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Windows Azure Revisited

Today I digged up one of my old Azure projects that I used for practice while I took the certification nearly two years ago. Unfortunately I haven’t had many opportunities to work with Azure in the mean time so my Azure skills are a little rusty, hence this brush up. It is a little sad that Azure didn’t really catch on with the customers I usually work with, apparently they love their on-premise SharePoint too much 🙁 – Hopefully SP2013 will change that, but I have my doubt.

Upgrade to Azure June 2012 CTP

Anyways, my old project was up for an upgrade, last time I worked with azure the version of most of the dlls were 1.7.0 and since then the SDK has been released in a version 1.8.0/2.0.0 (June 2012 CTP). So first I had to update my SDK, thankfully installing the SDK was a lot smoother this time than two years ago, the Microsoft Web Platform installer were able to install everything I needed.

Next up I did an upgrade of my solution to VS2012, which was painless too. Then I started replacing the old assemblies with the 1.8.0/2.0.0 ones, and then things started to get messed up. Apparently things have changed quite a bit in Azure world, so lot of my code needed to get refactored. I had used code from the Microsoft.WindowsAzure.StoreClient assembly in lot of places in my old code, and as far as I understand this now should be replaced by the Microsoft.WindowsAzure.Storage assembly. This process was a little painful, because all the classes in the two namespaces are named the same so Resharper happily added the reference to the StoreClient again and again.

CloudConfigurationManager

When all the references were corrected I discovered that a few other things also were changed, namely the configuration loading.
I ended up using the following in my StorageManager

CloudStorageAccount storageAccount = null;
var connectionString = CloudConfigurationManager.GetSetting("DataConnectionString");
if (connectionString == "UseDevelopmentStorage=true")
{
    storageAccount = CloudStorageAccount.DevelopmentStorageAccount;
}
else
{
    storageAccount = CloudStorageAccount.Parse(connectionString);   
}

For some reason the CouldStorageAccount.Parse method is unable to parse the connection string, if you have it set to UseDevelopmentStorage=true, hence the ugly code. Another thing worth mentioning is that CloudConfigurationManager is a wrapper class that when RoleEnvironment.IsAvailable is true reads the configuration from your cscfg files, but when you are not running your code in a RoleEnvironment etc. because it’s called from an IIS hosted website then it reads from the good old AppSetting in the web.config.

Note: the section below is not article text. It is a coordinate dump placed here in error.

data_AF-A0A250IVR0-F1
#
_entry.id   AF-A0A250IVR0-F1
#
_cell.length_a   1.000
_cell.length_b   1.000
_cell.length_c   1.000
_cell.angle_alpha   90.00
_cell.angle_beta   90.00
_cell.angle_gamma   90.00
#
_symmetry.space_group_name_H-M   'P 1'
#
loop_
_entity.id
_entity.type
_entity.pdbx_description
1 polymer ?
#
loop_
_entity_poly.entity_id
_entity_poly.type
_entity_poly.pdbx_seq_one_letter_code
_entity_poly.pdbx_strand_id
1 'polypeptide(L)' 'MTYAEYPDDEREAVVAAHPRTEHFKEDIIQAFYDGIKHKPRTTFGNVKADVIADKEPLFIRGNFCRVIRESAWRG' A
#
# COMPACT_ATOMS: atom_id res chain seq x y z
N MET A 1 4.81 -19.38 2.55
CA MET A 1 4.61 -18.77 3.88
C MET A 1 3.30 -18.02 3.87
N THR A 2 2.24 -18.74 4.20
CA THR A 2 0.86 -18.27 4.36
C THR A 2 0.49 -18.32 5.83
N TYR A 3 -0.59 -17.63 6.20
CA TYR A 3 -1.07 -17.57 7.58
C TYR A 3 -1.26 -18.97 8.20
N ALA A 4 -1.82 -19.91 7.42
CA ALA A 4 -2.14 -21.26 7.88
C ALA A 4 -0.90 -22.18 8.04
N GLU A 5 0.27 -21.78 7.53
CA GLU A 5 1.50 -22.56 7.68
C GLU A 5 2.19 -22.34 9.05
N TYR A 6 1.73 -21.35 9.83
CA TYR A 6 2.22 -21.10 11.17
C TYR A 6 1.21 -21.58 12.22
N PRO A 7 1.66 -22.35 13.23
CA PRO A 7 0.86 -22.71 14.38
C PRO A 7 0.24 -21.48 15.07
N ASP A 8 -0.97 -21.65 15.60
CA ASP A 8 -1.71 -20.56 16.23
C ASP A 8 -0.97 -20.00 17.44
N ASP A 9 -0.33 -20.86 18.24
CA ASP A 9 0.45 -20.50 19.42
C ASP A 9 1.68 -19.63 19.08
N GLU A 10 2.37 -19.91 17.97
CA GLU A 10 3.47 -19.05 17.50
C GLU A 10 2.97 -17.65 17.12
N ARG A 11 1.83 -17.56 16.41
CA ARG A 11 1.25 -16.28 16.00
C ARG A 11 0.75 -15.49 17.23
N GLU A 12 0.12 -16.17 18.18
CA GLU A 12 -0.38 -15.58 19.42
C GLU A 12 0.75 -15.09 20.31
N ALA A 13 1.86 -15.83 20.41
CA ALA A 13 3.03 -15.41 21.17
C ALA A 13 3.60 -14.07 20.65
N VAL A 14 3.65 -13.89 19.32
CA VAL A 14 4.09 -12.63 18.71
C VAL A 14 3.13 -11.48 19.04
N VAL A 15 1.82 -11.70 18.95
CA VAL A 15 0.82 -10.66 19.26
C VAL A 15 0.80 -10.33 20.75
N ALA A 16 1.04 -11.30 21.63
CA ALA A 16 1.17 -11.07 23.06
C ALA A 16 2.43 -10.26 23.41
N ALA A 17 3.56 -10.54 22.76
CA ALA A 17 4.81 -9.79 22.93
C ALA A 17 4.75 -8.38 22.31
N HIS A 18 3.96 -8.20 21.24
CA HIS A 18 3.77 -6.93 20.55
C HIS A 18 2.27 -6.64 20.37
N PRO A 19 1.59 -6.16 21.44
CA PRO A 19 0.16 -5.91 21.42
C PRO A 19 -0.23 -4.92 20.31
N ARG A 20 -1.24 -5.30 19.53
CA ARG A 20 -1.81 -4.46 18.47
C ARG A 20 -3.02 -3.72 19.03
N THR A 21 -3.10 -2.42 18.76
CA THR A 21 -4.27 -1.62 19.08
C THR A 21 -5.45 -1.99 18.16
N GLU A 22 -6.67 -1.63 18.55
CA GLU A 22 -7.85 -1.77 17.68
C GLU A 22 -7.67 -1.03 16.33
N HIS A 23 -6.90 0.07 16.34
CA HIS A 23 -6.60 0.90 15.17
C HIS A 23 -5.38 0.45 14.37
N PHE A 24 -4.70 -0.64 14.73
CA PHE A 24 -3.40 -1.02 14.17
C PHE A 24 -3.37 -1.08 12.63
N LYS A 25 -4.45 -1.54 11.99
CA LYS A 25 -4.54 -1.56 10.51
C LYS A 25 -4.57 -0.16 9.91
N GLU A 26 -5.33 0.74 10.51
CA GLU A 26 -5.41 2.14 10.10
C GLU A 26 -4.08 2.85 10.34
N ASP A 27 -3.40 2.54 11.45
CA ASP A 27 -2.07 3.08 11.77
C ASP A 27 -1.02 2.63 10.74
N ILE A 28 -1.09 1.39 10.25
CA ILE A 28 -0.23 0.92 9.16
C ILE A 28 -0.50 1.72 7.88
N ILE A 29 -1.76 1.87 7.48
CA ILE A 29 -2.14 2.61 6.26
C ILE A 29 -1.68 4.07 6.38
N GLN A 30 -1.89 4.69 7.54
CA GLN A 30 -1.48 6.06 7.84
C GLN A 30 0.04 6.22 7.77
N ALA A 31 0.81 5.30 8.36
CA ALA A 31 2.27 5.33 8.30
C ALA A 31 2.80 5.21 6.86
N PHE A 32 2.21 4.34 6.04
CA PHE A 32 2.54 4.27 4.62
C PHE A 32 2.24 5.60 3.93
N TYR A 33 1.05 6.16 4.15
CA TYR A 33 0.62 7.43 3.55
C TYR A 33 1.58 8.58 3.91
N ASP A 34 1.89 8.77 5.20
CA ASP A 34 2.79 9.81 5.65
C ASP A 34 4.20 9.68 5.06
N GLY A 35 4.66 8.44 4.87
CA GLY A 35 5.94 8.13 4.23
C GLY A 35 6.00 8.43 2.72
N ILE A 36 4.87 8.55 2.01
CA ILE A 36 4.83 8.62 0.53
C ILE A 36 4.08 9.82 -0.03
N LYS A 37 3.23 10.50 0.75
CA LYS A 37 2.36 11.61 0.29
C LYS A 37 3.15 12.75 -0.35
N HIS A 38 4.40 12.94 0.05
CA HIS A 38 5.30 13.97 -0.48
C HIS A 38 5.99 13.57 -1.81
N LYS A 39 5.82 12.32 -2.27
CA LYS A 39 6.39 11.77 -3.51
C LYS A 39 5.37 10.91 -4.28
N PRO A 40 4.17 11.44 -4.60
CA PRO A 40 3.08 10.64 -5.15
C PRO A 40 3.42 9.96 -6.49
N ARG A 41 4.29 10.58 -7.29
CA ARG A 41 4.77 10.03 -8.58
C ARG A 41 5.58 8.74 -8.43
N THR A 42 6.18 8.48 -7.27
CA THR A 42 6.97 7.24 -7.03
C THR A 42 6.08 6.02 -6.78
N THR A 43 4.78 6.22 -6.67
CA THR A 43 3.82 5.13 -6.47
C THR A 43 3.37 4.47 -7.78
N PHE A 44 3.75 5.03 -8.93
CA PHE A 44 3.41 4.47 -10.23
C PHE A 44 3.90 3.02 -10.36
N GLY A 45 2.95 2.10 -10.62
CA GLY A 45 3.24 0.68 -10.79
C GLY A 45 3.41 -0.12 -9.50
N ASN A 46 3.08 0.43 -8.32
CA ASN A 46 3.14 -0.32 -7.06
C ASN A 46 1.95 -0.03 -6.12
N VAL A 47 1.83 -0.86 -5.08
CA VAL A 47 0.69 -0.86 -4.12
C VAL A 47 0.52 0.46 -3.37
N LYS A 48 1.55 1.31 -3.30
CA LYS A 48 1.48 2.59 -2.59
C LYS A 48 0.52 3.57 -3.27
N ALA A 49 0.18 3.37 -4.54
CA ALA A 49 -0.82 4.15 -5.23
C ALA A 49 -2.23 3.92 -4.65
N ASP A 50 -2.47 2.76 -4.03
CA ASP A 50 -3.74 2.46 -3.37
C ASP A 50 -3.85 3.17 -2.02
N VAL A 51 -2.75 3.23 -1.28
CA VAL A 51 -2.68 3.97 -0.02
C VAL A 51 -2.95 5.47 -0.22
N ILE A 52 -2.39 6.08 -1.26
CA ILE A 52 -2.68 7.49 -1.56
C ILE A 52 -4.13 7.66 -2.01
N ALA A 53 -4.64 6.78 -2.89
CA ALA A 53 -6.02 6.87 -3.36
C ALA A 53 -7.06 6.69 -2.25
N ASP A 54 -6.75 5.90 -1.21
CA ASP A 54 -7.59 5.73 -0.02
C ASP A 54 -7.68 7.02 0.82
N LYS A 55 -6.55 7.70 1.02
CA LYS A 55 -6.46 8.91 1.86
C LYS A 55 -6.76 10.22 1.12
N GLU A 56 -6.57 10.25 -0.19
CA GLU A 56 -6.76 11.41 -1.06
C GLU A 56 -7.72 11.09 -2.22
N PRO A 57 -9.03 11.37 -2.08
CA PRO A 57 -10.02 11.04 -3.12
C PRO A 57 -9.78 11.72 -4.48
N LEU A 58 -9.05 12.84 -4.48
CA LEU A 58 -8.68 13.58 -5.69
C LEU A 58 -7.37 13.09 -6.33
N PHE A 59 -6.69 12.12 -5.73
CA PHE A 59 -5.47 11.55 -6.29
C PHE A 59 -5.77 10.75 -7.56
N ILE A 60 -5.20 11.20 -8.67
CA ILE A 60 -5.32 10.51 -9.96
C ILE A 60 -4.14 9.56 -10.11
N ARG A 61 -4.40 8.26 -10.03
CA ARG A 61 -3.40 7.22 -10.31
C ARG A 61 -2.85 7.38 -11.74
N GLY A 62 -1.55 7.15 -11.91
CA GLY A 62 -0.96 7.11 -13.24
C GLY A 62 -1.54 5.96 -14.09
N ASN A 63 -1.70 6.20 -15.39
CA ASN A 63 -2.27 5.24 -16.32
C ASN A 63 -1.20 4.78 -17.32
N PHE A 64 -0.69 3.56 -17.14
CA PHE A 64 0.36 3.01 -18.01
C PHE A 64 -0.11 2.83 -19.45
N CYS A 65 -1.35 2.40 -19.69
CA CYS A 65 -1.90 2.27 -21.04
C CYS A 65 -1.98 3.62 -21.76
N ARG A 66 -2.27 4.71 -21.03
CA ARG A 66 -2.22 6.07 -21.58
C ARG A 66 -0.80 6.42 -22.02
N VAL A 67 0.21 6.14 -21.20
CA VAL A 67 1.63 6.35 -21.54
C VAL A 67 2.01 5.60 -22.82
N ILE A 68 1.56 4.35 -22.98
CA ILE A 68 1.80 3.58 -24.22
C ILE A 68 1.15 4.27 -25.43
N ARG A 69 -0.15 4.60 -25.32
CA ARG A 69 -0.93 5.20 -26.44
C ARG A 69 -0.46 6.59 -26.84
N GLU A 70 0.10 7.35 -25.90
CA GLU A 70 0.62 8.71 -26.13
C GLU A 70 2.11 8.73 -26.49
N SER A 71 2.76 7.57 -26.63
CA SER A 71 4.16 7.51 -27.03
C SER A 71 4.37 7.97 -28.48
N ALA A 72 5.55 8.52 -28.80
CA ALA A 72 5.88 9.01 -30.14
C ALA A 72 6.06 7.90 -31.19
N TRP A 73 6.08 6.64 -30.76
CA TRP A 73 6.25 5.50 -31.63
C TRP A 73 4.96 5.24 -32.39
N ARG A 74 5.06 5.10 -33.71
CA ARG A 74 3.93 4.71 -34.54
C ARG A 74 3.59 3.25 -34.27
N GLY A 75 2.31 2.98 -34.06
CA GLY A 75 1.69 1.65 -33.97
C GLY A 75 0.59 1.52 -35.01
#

From my WorkerRole OnStart I was also able to remove:
Microsoft.WindowsAzure.CloudStorageAccount.SetConfigurationSettingPublisher((configName, configSetter) =>
{
configSetter
(RoleEnvironment
.
GetConfigurationSettingValue
(configName));
});

which at least makes this part of the code a little cleaner.

Microsoft.Data.OData 5.0.2

With these changes my old code was actually Azure June 2012 CTP compatible. So I moved on to improving the code, by adding a new CouldTable for some new data I wanted to store. This using the CloudTables (my original solution only used BlobStorage and Queues) forced me to install Microsoft.Data.OData, and its dependencies Microsoft.Data.Edm, and System.Spartial (as explained here). This can easily be installed with NuGet, but the latest version of Microsoft.Data.OData is 5.2.0 and that version doesn’t work with Microsoft.WindowsAzure.Storage 2.0.0, so you have to open the Package Manager Console, and specifically install version 5.0.2 by running:
Install-Package Microsoft.Data.OData -Version 5.0.2
Oh the horror of incompatible assemblies, this is starting to remind me of good old C++ lib days.

With the correct OData assemblies also my CouldTables were working, at least on my DEV environment (publishing to Azure is still to come, maybe in another post).

Azure Diagnostics (logging)

Then I finally wanted to add some logging, as we all know this should be done last. I’m using the simplest form of Azure logging I can think of, the Microsoft.WindowsAzure.Diagnostics.DiagnosticMonitorTraceListener which is the following added to the worker role app.config:
<system.diagnostics>
<trace>
<listeners>
<add type="Microsoft.WindowsAzure.Diagnostics.DiagnosticMonitorTraceListener, Microsoft.WindowsAzure.Diagnostics, Version=1.8.0.0, Culture=neutral, PublicKeyToken=31bf3856ad364e35"
name="AzureDiagnostics">
<filter type="" />
</add>
</listeners>
</trace>
</system.diagnostics>

And the following added to my ServiceConfiguration.cscfg
<Setting name="Microsoft.WindowsAzure.Plugins.Diagnostics.ConnectionString" value="UseDevelopmentStorage=true" />
And then it spun up in my workers OnStart, like so:
DiagnosticMonitorConfiguration dmc = DiagnosticMonitor.GetDefaultInitialConfiguration();
dmc.Logs.ScheduledTransferPeriod = TimeSpan.FromMinutes(1);
dmc.Logs.ScheduledTransferLogLevelFilter = LogLevel.Verbose;

DiagnosticMonitor.Start("Microsoft.WindowsAzure.Plugins.Diagnostics.ConnectionString", dmc);

When I added the DiagnosticMonitor I discovered the last horror of the day, namely that Micorsoft.WindowsAzure.Diagnostics.DiagnosticMonitor version 1.8.0 is dependent on the Microsoft.WindowsAzure.StoreClient version 1.7.0 assembly (which I had just been able to remove from my solution by my refactoring). Somebody at Microsoft’s Azure team clearly want WindowsAzure development to be messy.

Cost of Running an Azure solution

As part of todays research I found this nice article that explains why it’s important to design your Azure solutions good, if you don’t want to burn your money on nothing.

Categories: Programming

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Simon J.K. Pedersen

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